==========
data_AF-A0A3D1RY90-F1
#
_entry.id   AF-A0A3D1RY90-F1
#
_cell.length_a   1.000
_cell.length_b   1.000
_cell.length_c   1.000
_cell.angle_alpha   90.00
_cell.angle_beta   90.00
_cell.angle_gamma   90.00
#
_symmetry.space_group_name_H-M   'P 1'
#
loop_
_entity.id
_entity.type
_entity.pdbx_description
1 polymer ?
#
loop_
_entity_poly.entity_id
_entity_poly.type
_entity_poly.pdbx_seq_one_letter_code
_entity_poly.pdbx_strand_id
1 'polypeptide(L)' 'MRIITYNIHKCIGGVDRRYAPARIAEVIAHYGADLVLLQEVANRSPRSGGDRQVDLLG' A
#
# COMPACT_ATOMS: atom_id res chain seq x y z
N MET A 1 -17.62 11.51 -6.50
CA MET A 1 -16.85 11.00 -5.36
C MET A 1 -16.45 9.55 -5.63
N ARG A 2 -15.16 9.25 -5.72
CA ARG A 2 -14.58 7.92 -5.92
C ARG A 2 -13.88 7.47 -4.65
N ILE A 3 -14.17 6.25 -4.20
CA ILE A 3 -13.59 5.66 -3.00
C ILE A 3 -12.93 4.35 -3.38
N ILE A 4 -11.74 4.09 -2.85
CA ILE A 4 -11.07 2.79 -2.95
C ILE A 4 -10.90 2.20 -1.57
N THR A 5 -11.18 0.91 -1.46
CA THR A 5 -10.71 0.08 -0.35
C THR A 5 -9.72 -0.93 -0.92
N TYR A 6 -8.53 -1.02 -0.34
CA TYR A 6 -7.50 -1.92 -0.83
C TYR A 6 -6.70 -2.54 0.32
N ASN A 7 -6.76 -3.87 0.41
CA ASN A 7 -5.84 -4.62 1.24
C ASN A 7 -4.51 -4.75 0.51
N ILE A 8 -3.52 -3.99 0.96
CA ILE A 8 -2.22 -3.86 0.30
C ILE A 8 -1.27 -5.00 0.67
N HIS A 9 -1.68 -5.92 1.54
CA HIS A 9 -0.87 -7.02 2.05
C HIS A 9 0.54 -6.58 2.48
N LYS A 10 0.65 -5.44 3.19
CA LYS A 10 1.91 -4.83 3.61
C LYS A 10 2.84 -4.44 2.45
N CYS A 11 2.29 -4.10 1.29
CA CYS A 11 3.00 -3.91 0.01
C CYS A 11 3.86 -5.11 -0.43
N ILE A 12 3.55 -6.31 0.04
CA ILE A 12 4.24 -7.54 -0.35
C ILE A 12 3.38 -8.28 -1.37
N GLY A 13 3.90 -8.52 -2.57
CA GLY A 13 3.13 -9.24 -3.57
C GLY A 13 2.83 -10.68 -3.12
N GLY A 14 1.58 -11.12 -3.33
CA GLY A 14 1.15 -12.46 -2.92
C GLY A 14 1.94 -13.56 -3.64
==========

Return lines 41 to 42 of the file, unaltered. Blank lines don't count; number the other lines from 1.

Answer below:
CA THR A 5 -10.71 0.08 -0.35
C THR A 5 -9.72 -0.93 -0.92